Chromium-51 Handling Precautions

Chromium-51 Handling Precautions
27.7 d
This document contains general information designed to provide a basic understanding of radiation
safety. While we believe the information to be accurate, regulatory requirements may change and
information contained herein is not tailored to individual needs. A radiation protection specialist
should be consulted for specific applications.
Physical data
Principal radiation emissions
Gamma: 0.320 MeV (9.8%)
X-ray: 0.005 MeV (22.3%)
Auger electron: 0.004 MeV (66.9%)
Unshielded exposure rate at 1 cm from a 1 mCi point
source: 0.18 R/h(2)
Unshielded exposure rate at 1 m from a 1 MBq point
source: 0.13 nC/kg/h
Half-value layer for lead shielding: 1.7 mm (0.067 in)(2)
Gamma emissions from 51Cr presents an external dose hazard. The retention of uptakes of 51Cr in the body is very
dependent on its chemical form(4). It may be assumed that
uptakes of 51Cr are retained in the transfer compartment
with a biological half-life of 0.5 days(4). 5% of the uptake
is then transferred to bone and retained with a biological
­half-life of 1000 days. 30% is directly excreted. 65% is distributed to other organs and tissues in the body; with 40%
of the uptake retained with a biological half-life of 6 days
and 25% retained with a biological half-life of 80 days(4).
Occupational limits(3)
Annual limit on intake: 40 mCi (1.5 GBq) for oral ingestion
and 20 mCi (740 MBq) for inhalation
Derived air concentration: 8 x 10-6 µCi/ml (300 kBq/m3)
Decay table
Physical half-life: 27.7 days(1).
To use the decay table, find the number of days in the top and
left hand columns of the chart, then find the corresponding
decay factor. To obtain a precalibration number, divide by
the decay factor. For a postcalibration number, multiply by
the decay factor. Visit to
use our online Radioactive Decay Calculator.
General handling precautions for Chromium-51
1.­Designate area for handling 51Cr and clearly label all containers.
Cr behind lead shielding.
3.­Wear extremity and whole body dosimeters while handling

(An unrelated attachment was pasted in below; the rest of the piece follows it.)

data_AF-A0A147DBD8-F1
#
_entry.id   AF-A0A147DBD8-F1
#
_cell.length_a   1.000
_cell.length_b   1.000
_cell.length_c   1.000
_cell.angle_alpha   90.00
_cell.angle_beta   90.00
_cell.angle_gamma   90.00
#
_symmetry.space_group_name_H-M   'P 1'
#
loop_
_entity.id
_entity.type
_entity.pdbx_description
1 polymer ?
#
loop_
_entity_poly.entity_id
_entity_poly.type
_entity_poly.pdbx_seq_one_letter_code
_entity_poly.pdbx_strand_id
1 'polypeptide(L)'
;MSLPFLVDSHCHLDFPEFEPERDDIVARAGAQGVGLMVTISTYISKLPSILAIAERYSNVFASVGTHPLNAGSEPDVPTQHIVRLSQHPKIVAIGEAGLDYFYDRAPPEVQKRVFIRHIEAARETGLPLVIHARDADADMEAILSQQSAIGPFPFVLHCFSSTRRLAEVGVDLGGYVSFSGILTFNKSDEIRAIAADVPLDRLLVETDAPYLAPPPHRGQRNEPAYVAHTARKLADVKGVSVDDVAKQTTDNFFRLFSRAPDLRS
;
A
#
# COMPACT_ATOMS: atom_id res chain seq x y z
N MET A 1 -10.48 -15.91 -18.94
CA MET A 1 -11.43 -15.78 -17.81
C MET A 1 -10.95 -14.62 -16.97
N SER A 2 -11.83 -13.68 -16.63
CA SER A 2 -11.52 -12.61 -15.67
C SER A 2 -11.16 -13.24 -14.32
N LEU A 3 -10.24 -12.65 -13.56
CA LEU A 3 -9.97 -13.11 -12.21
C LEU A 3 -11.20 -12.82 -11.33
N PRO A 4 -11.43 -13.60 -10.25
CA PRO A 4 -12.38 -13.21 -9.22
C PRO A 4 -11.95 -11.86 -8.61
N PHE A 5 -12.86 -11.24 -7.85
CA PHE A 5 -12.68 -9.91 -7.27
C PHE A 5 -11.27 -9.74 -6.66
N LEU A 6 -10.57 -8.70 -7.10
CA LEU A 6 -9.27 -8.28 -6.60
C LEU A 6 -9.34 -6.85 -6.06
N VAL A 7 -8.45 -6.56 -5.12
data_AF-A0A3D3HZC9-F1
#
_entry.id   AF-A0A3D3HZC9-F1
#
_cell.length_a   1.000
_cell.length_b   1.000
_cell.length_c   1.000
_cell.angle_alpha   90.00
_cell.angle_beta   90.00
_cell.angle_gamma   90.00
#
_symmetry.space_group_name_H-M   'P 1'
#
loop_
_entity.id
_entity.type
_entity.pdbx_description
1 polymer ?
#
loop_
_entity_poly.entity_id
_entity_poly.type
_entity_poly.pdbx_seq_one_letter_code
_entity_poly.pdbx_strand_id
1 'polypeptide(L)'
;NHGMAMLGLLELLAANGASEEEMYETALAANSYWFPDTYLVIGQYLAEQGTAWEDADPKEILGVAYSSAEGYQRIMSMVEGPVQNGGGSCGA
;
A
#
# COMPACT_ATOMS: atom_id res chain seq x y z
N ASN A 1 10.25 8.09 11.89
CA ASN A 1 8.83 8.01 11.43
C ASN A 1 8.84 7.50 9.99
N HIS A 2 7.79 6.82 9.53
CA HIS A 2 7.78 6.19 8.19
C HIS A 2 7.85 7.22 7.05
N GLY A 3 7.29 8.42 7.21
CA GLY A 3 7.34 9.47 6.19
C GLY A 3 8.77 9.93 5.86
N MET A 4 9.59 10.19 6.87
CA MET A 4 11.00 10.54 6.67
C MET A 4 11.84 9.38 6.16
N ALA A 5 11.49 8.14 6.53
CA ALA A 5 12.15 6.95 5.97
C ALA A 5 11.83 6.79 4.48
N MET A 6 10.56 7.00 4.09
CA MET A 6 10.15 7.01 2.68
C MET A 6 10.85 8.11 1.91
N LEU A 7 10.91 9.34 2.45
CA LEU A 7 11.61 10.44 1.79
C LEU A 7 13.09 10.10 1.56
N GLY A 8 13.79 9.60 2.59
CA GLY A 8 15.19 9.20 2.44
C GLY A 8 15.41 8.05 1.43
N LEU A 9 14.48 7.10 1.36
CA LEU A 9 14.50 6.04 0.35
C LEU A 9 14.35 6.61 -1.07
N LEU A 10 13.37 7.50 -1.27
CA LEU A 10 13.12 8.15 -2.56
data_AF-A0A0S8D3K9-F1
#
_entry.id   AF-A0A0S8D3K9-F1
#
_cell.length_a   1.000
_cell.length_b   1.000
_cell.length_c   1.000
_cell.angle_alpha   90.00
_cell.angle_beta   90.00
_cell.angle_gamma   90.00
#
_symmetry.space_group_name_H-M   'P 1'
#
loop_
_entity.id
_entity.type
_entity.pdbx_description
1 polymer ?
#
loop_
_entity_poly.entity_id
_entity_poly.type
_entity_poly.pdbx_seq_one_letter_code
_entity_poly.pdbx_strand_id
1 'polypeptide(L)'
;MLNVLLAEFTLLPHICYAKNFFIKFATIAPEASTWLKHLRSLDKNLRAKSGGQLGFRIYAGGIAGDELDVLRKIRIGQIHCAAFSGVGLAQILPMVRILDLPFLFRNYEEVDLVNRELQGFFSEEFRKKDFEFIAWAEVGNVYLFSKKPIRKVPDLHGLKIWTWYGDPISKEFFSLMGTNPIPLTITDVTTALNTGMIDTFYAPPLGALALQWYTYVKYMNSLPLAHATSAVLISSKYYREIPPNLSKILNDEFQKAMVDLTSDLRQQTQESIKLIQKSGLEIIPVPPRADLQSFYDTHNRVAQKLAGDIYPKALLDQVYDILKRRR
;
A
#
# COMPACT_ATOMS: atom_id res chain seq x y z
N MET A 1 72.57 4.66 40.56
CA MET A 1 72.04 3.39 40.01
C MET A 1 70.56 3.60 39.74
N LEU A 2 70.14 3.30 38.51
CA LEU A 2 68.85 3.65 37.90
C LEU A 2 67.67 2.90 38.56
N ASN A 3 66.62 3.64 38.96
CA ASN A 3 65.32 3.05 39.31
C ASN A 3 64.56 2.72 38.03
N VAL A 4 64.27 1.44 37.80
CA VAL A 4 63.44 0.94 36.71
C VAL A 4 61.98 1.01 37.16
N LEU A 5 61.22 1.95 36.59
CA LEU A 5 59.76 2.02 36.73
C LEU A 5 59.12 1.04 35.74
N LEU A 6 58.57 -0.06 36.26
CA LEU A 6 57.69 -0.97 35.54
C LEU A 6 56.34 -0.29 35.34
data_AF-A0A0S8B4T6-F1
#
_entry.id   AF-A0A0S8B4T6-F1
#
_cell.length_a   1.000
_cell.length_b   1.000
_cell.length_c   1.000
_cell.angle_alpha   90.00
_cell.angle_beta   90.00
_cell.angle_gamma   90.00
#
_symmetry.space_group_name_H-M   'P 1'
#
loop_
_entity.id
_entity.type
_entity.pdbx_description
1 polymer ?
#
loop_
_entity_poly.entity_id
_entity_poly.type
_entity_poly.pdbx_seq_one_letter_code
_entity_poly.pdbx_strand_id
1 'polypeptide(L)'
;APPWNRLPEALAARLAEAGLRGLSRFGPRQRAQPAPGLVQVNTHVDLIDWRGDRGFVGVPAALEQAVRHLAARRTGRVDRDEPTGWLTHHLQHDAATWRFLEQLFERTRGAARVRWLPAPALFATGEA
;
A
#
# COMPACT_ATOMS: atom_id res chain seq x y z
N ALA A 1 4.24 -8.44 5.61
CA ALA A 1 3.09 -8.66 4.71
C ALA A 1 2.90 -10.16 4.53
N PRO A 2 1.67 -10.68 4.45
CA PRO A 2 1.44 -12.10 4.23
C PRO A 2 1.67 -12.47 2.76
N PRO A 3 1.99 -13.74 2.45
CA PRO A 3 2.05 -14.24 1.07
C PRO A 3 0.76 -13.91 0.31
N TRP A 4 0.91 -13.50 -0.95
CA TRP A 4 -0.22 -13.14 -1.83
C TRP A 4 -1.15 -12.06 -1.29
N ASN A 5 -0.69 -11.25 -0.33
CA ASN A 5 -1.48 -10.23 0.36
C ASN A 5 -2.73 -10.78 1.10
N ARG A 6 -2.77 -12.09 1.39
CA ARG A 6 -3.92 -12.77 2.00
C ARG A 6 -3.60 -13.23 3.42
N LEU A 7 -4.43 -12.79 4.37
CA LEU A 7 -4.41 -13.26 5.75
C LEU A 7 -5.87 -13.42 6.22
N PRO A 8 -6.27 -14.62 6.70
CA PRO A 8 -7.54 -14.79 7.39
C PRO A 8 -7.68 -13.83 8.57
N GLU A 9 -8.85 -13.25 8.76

mCi (37 MBq) quantities.
4.­­Use shielding to minimize exposure while handling
5. Use tools to indirectly handle unshielded sources and
potentially contaminated vessels.
6. Prohibit eating, drinking, smoking and mouth pipetting in
room where 51Cr is handled.
7. Use transfer pipets, spill trays and absorbent coverings to
confine contamination.
8.Handle 51Cr compounds that are potentially volatile or in
powder form in ventilated enclosures.
9.­­Sample exhausted effluent and room air by continuously
drawing a known volume through membrane filters.
10.­­Wear lab coat, wrist guards and disposable gloves for
secondary protection.
15. Establish surface contamination, air concentration and
urinalysis action levels below regulatory limits. Investigate
and correct any conditions that may cause these levels to
be exceeded.
16. On completing an operation, secure all 51Cr, remove and
dispose of protective clothing and coverings, monitor and
decontaminate self and surfaces, wash hands and monitor
them again.
Cr is slowly eliminated from the body. Whole body counting
provides a more sensitive method than urinalysis for determining
Cr body burdens. Whole body counting may be used occasionally to verify the urinalysis results.
1.­Kocher, David C., Radioactive Decay Data Tables,
Springfield: National Technical Information Service, 1981
12. Use end-window Geiger-Mueller detectors, NaI(Tl) detector
or liquid scintillation counter to detect 51Cr.
2.­Calculated with computer code “Gamma” utilizing decay
scheme data from Kocher(1) and mass attenuation coefficient for lead and mass energy absorption coefficients for
air from the Radiological Health Handbook, Washington:
Bureau of Radiological Health, 1970. The HVL reported
here is the initial HVL for narrow beam geometry.
13.­Submit urine samples for bioassay at least four hours after
handling 51Cr to indicate uptake by personnel.
3.­U.S. Nuclear Regulatory Commission. 10 CFR 20 Appendix B –
Standards for Protection Against Radiation, 1994.
14. Isolate waste in clearly labeled, shielded containers and
hold for decay.
4.­ICRP Publication 30, Part 2, Limits for Intakes of
Radionuclides by Workers. Pergamon Press, Oxford, 1980.
11.­­Maintain contamination and exposure control by regularly
monitoring and promptly decontaminating gloves and surfaces.
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Oct. 2011